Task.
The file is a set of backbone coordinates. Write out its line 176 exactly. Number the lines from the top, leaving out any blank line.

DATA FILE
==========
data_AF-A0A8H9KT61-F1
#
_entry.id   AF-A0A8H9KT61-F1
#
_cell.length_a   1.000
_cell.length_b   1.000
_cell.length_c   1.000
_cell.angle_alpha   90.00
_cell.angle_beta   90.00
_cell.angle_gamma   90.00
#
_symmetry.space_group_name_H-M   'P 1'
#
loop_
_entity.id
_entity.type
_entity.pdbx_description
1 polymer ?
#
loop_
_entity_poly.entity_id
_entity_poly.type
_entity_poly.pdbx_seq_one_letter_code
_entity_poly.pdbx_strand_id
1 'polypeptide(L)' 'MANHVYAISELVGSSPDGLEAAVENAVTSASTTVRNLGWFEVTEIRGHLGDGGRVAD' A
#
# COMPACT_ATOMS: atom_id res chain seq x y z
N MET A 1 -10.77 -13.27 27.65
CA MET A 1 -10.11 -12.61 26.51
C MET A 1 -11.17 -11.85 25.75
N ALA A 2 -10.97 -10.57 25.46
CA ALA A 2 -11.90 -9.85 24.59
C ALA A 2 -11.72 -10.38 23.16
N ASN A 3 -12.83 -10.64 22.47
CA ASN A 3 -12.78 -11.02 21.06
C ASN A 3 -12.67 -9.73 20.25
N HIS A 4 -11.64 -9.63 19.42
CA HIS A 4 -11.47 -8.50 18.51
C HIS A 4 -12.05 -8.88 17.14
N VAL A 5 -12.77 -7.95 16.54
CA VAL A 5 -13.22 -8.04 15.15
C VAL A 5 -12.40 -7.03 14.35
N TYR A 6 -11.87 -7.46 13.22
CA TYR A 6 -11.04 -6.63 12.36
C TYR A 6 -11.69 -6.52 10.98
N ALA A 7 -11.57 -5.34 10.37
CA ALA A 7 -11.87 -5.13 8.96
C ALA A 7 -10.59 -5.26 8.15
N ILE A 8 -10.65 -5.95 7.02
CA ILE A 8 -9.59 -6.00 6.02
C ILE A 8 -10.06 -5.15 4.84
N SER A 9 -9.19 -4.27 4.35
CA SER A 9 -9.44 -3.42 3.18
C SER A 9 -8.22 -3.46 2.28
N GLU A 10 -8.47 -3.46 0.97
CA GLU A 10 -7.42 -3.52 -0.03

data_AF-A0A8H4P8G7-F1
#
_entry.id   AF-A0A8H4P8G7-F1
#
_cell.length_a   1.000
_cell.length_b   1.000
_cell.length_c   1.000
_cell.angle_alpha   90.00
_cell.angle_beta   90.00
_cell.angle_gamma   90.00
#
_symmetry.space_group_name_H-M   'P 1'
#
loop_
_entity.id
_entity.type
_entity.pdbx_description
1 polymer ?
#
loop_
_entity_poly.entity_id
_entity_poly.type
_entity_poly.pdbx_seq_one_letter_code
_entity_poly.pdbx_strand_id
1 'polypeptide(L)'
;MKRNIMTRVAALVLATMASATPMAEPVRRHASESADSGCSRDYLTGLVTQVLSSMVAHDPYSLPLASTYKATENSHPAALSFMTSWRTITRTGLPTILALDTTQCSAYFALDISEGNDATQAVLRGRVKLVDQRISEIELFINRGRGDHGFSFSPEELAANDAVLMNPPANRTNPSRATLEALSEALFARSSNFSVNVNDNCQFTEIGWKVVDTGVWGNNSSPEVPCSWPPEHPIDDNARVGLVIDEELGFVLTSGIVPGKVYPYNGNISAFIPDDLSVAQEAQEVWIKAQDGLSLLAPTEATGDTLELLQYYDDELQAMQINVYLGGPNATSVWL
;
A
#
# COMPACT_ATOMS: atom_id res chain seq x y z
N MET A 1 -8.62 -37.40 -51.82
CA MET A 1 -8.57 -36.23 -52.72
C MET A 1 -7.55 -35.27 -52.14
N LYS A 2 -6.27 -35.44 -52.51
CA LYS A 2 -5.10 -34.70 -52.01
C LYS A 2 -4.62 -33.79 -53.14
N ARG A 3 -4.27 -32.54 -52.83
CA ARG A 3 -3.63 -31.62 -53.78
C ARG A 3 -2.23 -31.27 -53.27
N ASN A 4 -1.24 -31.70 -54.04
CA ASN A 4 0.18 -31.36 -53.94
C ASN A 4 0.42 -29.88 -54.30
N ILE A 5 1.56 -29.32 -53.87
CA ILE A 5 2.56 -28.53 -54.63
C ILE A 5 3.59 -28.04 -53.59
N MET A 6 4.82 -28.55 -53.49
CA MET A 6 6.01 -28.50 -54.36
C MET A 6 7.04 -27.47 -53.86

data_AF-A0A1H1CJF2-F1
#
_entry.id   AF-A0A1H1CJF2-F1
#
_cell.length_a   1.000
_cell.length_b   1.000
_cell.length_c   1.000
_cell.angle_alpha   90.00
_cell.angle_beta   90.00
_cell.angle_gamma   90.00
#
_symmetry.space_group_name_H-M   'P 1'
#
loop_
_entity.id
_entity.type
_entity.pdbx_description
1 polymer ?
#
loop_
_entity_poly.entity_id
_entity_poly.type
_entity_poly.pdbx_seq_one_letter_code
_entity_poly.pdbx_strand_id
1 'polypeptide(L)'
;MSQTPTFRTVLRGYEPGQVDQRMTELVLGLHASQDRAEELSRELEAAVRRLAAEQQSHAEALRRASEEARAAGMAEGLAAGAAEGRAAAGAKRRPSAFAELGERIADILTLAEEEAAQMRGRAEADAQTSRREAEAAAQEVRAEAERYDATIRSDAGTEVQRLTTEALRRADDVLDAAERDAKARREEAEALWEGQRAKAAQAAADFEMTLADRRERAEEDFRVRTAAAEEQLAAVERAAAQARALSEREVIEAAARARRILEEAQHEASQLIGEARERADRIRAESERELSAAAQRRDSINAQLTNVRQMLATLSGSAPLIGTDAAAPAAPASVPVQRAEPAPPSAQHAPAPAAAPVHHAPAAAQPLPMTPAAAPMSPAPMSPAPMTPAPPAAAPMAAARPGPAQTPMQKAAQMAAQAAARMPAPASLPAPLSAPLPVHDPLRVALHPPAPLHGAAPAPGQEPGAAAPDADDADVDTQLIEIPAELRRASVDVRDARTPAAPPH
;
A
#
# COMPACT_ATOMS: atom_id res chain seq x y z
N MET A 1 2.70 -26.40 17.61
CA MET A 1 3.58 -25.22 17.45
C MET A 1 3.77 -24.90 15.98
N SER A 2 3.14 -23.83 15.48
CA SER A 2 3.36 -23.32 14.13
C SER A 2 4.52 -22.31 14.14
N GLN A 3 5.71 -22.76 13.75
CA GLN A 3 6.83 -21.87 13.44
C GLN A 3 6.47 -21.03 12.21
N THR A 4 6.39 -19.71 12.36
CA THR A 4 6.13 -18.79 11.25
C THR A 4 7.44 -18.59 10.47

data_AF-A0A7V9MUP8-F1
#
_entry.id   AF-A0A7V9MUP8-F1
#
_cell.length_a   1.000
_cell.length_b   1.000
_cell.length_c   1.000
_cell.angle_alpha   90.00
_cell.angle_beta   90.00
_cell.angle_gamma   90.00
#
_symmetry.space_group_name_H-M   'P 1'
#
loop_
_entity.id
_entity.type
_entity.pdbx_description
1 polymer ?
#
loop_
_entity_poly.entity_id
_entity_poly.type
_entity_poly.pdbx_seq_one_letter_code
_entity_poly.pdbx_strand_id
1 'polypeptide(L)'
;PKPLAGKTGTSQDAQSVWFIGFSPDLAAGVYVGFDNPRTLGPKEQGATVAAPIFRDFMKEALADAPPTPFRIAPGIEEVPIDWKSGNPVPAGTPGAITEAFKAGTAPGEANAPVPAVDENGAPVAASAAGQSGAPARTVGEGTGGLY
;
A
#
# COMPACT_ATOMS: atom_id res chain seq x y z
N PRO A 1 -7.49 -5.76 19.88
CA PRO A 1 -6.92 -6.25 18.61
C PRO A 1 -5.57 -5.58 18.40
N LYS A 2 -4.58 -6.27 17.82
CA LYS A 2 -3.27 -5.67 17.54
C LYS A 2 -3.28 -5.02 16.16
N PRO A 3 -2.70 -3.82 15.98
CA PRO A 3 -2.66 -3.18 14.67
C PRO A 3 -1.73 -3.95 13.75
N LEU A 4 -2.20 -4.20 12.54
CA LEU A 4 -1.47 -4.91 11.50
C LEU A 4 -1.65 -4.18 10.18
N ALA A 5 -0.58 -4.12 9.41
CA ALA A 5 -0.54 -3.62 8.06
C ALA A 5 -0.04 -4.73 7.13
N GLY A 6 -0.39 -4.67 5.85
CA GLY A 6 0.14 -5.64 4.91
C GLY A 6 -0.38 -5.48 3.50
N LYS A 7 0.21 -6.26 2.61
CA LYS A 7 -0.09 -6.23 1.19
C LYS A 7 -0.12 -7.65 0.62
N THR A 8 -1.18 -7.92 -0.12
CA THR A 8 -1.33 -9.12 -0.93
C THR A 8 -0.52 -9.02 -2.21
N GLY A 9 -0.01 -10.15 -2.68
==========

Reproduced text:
# COMPACT_ATOMS: atom_id res chain seq x y z